1989 Yamaha T80 Townmate from United Kingdom
Small, slow, fun, economical, reliable, smile inducing
Nothing has gone wrong with this motorcycle.
I bought it, got it tested, taxed and insured it and got on with enjoying it.
I've got a fair few motorcycles in my shed. Displacements range from 50 cc to 1157 cc. I like bikes... and scooters... well, anything with an engine really.
I spotted my Townmate (who was christened "Alan" due to him sporting a Rickman top box and panniers) online and fell in love. The bolt on extras were swiftly removed once I realised just how heavy the three large fibreglass boxes and steel frame were. This little fella needs all the help he can get when it comes to the weight he'll be expected to transport... He now sports a much smaller rear rack.
Money exchanged hands after a brief ride around to check all was well. It felt mildly scary, odd, worrying, but above all it felt like a laugh.
I brought him home and wondered exactly what the heck I'd done...
He sat outside under a cover for a few weeks before I drummed up the enthusiasm to get him out and tested.
A bit of wind in the tyres and he was ready. He passed with flying colours.
The Townmate is Yamaha's answer to the Honda Cub. It looks similar, but boasts a shaft drive system and HUGE 5 litre fuel tank... It does, however, have 6V electrics which means that head and tail lighting is very poor.
A quick prod of the kick start and he bursts into life (most times first time). A cable operated choke is present, but seems unnecessary on most occasions. I may end up using the choke lever to fire the Nitrous system instead...
Plopping myself on the generous seat hears the creaking and groaning of vintage suspension. I instantly smile at the prospect of every journey.
The pleasant poppity thump of the 4 stroke engine is most enjoyable. It likes to rev too and it surprisingly nimble for 79 cc's of Japanese grunt. It really is a cracking little engine.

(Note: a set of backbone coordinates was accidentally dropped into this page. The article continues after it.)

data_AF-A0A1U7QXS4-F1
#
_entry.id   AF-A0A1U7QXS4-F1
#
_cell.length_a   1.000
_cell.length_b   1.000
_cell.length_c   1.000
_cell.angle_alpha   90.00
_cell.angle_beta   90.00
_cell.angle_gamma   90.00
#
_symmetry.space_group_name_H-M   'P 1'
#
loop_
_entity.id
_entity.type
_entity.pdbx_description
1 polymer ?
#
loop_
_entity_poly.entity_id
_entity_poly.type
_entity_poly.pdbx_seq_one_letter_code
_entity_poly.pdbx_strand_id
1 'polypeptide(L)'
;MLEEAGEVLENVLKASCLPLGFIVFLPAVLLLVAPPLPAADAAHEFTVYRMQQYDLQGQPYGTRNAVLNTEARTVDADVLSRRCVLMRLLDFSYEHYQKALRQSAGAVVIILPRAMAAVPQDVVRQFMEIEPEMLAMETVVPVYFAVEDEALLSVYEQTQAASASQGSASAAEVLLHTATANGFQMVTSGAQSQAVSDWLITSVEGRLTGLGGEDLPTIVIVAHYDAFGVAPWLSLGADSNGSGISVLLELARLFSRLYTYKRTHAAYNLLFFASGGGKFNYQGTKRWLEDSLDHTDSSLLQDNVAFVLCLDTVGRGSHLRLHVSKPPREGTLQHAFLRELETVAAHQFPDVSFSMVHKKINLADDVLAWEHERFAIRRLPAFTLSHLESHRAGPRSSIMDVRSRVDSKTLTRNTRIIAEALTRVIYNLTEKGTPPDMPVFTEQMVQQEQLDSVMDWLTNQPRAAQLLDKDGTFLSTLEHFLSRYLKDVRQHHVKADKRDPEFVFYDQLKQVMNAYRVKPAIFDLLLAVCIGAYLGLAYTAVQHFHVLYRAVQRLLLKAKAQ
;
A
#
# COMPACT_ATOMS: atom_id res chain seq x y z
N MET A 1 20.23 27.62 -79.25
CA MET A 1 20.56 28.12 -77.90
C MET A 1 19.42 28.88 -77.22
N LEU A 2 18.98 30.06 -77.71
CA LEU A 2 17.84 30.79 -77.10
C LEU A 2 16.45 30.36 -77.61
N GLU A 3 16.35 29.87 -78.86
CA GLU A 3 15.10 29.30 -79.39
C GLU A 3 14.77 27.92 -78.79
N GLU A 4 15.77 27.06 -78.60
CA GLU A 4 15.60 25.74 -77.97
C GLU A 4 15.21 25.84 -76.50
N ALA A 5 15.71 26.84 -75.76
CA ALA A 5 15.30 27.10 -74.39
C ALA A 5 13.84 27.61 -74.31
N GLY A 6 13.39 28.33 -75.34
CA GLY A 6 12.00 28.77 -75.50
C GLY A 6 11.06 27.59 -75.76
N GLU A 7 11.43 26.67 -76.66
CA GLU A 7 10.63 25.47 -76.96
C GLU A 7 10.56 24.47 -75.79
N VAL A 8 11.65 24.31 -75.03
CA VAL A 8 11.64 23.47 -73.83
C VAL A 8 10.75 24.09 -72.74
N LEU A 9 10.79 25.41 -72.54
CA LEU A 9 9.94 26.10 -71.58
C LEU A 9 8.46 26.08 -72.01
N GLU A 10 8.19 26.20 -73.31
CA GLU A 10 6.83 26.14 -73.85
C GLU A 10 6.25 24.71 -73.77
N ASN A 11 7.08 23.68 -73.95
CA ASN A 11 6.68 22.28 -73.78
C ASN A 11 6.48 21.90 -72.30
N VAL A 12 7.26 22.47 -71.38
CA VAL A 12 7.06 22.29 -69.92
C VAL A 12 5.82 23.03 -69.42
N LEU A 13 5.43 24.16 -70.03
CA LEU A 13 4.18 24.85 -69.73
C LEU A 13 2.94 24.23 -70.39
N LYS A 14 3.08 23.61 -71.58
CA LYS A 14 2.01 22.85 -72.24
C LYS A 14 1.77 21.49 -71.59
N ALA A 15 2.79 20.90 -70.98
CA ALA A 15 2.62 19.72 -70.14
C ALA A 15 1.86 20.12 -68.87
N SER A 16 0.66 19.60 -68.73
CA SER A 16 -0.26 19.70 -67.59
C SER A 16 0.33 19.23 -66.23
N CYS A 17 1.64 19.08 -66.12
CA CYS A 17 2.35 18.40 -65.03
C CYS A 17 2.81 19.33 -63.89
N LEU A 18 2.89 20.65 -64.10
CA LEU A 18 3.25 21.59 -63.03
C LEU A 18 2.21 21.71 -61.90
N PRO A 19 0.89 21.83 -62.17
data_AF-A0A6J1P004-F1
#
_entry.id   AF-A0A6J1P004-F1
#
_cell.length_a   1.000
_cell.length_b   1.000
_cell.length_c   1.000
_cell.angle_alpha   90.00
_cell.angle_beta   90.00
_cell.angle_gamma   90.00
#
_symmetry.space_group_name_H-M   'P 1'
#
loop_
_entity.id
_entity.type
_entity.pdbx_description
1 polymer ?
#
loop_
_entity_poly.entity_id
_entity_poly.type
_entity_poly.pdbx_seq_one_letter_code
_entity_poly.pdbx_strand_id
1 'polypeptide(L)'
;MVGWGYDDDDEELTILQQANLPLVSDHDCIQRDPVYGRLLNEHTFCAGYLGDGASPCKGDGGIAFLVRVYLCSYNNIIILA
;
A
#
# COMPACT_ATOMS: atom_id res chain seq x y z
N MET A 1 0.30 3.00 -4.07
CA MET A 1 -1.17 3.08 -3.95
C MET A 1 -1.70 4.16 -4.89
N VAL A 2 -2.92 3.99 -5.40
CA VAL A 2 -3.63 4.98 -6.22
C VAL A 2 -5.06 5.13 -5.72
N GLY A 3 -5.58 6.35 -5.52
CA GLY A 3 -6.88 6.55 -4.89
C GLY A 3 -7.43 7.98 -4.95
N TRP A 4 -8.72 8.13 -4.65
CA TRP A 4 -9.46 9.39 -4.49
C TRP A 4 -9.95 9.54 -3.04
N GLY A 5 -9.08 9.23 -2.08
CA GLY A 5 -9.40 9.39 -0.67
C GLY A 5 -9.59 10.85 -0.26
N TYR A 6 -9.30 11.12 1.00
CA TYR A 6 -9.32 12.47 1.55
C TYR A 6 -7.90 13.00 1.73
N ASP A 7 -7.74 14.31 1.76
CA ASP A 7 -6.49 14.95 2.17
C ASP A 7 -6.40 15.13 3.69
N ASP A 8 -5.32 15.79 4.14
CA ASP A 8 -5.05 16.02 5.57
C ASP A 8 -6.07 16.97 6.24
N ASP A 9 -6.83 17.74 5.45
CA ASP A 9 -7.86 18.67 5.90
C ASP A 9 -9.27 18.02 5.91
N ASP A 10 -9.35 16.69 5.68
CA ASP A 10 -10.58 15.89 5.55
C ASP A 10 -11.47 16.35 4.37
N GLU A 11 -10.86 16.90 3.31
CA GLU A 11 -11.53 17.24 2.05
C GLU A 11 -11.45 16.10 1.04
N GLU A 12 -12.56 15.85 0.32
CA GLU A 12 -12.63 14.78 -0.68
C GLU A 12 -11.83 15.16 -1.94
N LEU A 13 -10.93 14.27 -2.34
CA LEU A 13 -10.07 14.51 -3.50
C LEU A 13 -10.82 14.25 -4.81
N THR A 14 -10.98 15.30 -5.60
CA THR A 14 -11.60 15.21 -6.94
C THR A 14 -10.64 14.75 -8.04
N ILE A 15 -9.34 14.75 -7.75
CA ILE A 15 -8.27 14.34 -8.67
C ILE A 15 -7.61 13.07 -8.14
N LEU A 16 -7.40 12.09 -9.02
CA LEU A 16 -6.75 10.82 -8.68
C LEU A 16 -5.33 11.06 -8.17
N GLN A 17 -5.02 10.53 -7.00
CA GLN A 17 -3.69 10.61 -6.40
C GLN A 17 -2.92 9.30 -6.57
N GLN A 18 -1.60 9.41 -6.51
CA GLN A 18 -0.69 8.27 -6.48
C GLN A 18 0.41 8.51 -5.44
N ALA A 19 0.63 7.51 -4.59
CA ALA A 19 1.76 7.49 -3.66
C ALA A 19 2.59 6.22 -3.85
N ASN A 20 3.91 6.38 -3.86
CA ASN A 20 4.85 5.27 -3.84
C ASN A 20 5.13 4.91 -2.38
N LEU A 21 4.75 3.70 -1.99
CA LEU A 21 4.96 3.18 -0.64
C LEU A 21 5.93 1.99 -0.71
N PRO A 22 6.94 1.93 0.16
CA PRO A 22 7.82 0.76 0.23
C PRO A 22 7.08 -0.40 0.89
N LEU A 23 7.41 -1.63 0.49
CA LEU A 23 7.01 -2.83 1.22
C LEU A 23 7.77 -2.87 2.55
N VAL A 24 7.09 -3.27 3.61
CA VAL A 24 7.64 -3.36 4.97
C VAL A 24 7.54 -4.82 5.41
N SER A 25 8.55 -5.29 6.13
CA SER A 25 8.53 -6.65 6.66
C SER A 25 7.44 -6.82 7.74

The engine has a neat little sight glass for checking the oil level. Nice! The valve clearances are easily checked and if necessary adjusted via neat caps on the cylinder head. Servicing and maintenance is a cinch.
The engine is mated to a 4 speed gearbox, which has an extremely short first gear. Second gear is fine for pulling away in most situations. Push down with toes to go up through the gears and use the heel to bring it back down and back to neutral. The gearbox is positive, yet crunchy as is the way with this style of motorcycle. The clutch side of things is automatic and kicks in as the revs rise. Rear brake is right foot operated. Indicators on the right hand side. That's about all you need to know to get on and go travelling. It's that simple.
Now... I'm a salad dodger, so at 6 foot 2 and almost 3x Kylie Minogues in my bike gear, you'd expect poor Alan to roll over and die at the prospect of any journey, but not so.
Take it for what it is and you soon find yourself enjoying buzzing along at a steady 40 mph whilst using a thimble full of fuel. I have seen an indicated 50 mph on the flat and as poor as 20 mph whilst climbing hills. I must point out though that 50 mph (and over if you're lucky) does feel like the engine is about to disintegrate into a billion parts and spew you over the handlebars. 40-45 mph cruise is great. The speedometer has been tested against a GPS and is amazingly accurate. There is also a fuel gauge, neutral light and indicator light present. From touching the red line of the fuel gauge to tip top of the tank is about £3.50. Another reason to smile... That £3.50 will get you 70-80 smiley miles. Happy days.
Alan currently wears tyres of dubious origin. They look the part tread wise, but let's just say that I doubt I'll be getting my knee down. The ride is more stable than that of my Italian scooters thanks to larger rims. Centre of gravity is low, which makes manoeuvring easy. Applying front brake results in a rising feeling due to the leading fork arrangement. I'd be petrified using the front brake in wet or icy conditions. Back brake is also drum and works just fine.